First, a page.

Connect with us

The week that was in Thailand news: Thailand to the rescue again: security guard helps panicked Englishman in 3 am drama!

News

The week that was in Thailand news: Thailand to the rescue again: security guard helps panicked Englishman in 3 am drama!

BOOM!……then everything went black, including my flatscreen TV.

It was 2.17 am on Thursday morning in locked down Bangkok and what Rooster and many others had been waiting for for 55 years – an appearance in a major football final – went blank.

A transformer or something had exploded nearby plunging my condo into total darkness and robbing me of England vs Denmark.

Minutes later the overhead fan came on at half-cock, it was now a brownout as the Americans say. Hopeless for internet box and TV.

Major life crisis!

Turn on phone and follow text. Misery as Denmark score, and I feel totally helpless. Muted joy as an own goal puts us back in with a chance. Half time – now what to do?

I was beginning to panic, convinced the blackout would mean a Denmark victory. Quick think – Thailand usually comes through in a crisis in my experience. Then I remembered.

The neighboring estate at the end of the soi had an old boy security guard in a shack with an ancient TV.

He might just be awake and……

Throwing on clothes and remembering mask and bike keys I drove past our own building’s security guard at breakneck speed.

You could see him thinking: Where’s that loony going at this hour (now 3 am) surely Nana Plaza is shut?

Five hundred yards down the soi there was Loong – he’d never met me nor I him – but at least he was awake even if the TV was off. He didn’t seem freaked out by this masked raider arriving on a Honda 250 and screeching to a halt.

Time to practice my best Thai starting with a mild admonishment, Thai style.

“Loong krap, why the hell aren’t you watching the football!!

“I’m an Angrit guy. We’ve had a “fai dap” and I can’t watch the match….

“Oooo, khrap”, he replied grasping my predicament and admittingn he’d forgotten all about Euro 2020.

He insisted it was on Channel 36 despite me saying “chong song na khrap, chong song”. Going down through the channels was laborious and the second half must have started. I took charge of the remote and keyed in 002.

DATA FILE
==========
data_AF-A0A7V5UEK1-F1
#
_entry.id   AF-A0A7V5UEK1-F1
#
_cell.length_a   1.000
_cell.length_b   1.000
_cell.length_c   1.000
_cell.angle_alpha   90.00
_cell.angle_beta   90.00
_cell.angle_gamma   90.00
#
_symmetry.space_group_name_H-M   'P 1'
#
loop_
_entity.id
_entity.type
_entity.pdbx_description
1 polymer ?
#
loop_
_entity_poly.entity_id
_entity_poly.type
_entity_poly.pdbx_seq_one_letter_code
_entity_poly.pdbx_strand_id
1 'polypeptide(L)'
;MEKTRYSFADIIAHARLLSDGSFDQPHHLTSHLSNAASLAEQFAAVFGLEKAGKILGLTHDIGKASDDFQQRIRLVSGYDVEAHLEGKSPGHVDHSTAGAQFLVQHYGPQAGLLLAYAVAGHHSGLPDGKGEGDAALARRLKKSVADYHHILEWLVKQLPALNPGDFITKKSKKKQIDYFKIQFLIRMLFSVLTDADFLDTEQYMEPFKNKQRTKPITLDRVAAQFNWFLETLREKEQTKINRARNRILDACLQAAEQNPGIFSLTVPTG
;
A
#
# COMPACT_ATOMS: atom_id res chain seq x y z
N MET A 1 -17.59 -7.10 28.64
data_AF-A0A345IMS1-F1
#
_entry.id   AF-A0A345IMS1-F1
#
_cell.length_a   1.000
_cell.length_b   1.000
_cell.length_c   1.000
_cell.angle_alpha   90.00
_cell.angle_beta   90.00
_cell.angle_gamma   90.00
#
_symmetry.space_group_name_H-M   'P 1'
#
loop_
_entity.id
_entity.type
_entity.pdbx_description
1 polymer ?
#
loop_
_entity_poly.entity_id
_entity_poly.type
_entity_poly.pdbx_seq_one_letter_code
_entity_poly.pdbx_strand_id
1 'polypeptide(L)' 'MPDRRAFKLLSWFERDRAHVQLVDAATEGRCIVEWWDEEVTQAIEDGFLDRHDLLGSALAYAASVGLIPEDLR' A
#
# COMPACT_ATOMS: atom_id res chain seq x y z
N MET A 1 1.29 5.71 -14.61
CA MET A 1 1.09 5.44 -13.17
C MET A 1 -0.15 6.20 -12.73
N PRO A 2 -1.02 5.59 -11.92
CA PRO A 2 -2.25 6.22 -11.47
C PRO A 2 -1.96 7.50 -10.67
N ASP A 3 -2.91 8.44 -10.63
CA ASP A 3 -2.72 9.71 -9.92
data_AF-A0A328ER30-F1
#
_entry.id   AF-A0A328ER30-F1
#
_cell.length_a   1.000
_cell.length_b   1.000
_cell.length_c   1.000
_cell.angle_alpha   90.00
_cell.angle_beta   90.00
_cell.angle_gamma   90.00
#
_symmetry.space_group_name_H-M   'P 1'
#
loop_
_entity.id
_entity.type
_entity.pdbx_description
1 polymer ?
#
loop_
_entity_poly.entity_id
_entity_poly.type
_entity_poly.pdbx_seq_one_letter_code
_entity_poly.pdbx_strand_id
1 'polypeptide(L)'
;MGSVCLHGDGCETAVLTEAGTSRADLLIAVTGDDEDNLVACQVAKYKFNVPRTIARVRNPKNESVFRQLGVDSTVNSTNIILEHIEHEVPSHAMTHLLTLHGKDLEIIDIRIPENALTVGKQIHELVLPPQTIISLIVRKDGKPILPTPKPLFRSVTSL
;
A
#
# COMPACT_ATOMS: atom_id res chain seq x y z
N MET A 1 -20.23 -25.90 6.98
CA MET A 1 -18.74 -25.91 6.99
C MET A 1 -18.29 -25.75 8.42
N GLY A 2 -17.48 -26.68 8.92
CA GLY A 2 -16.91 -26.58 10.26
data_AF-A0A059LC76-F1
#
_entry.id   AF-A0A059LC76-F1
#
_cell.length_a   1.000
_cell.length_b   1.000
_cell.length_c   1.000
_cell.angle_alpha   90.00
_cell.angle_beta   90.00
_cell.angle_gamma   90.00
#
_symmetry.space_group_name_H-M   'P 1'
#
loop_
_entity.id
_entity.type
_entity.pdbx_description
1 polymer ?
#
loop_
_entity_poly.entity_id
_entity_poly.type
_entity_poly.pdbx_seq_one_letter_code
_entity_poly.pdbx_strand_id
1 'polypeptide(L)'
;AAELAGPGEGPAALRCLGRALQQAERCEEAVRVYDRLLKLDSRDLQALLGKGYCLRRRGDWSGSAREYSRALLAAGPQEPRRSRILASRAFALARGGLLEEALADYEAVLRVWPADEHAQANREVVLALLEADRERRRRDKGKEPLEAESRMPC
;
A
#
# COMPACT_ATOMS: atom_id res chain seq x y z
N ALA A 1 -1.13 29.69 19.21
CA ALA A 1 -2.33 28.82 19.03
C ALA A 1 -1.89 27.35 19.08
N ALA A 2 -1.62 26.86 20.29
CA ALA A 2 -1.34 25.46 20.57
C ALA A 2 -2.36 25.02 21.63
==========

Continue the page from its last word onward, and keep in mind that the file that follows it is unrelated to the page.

Joy – it was 47 minutes in and still 1-1.

Loong, 75 if he was a day, was chuckling uncontrollably at the turn his normally quiet night had taken. He offered the weird foreigner his comfy seat and a draft of Leo – both politely declined remembering “kreng jai”.

Besides, a plastic stool was bliss and I didn’t need beer – like millions of Brits, and Danes, worldwide our collective stress levels and adrenaline were through the roof.

What fun we had, Loong and I, until the icing on the cake after 4 am when England scored and we triumphed.

Cue Englishman dancing impromptu jig and Thai “yaam” almost swallowing his false teeth.

I “wai-ed” my new friend deeply and thanked him. Joked that I’d be back for the final if the electricity authorities didn’t get their act together and headed home.

Like Harry Kane and his recovery from the missed penalty, Rooster, with thanks to Beautiful Thailand and its Beautiful People, had found a way to watch the Beautiful Game.

Like those who remember where they were when Kennedy was shot, I’ll always remember where I was when England beat Denmark 2-1 after extra time.

Sleep only followed after completing my ten daily translations by 9am. My English editor had been awake most of the night,too, so the ASEAN Now faithful got some early stories from Rooster for a change!

The football aside, it was a pretty grim week as the Covid numbers and deaths spiked daily.

One official said that daily infections would hit 10,000 by the end of the year. Maybe something was lost in translation; surely he meant end of the month, even end of the week.

And so it transpired. By Friday cases reached 9,276 with 72 deaths and that’s only what the government is admitting to.

Others started coining a new phrase “fourth wave”. Surely it was only a matter of time before the nation became the hub of waves.

PM Prayut – a loong who, frankly, I’d rather not meet in the dead of night – had a mixed week.

Very bad and extremely bad with a touch of utterly atrocious.

Firstly, he had to go into a 14 day quarantine at the army base where he lives. He’s no longer a general but probably feels comforted at being close to the Mess.

He’d been in close quarters with Veerasak from the Surin Chamber of Commerce while on the Phuket Sandbox junket on July 1st. Veerasak had Covid.

On Monday a Suan Dusit poll suggested 66% of Prayut’s compatriots thought he was doing a terrible job while a Super Poll suggested he should take a pay cut.